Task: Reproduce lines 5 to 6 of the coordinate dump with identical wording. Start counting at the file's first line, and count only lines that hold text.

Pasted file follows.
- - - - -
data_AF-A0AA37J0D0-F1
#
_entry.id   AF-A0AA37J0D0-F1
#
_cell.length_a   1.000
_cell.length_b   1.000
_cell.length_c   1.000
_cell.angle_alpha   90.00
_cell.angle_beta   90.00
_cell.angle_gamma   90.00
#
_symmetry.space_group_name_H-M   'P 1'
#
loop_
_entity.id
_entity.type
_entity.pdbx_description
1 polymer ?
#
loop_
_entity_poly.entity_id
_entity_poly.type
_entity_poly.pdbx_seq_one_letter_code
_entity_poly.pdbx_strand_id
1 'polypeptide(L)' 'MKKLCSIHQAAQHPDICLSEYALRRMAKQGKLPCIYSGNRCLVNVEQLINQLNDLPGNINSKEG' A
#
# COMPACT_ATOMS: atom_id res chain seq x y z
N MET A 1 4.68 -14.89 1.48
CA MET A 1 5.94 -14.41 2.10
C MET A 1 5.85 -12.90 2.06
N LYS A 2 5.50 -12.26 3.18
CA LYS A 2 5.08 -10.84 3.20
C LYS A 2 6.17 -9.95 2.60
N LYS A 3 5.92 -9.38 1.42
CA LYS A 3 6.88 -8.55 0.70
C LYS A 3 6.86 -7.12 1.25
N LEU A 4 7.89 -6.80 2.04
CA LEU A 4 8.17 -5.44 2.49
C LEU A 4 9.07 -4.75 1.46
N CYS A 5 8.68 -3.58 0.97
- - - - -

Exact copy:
_cell.length_a   1.000
_cell.length_b   1.000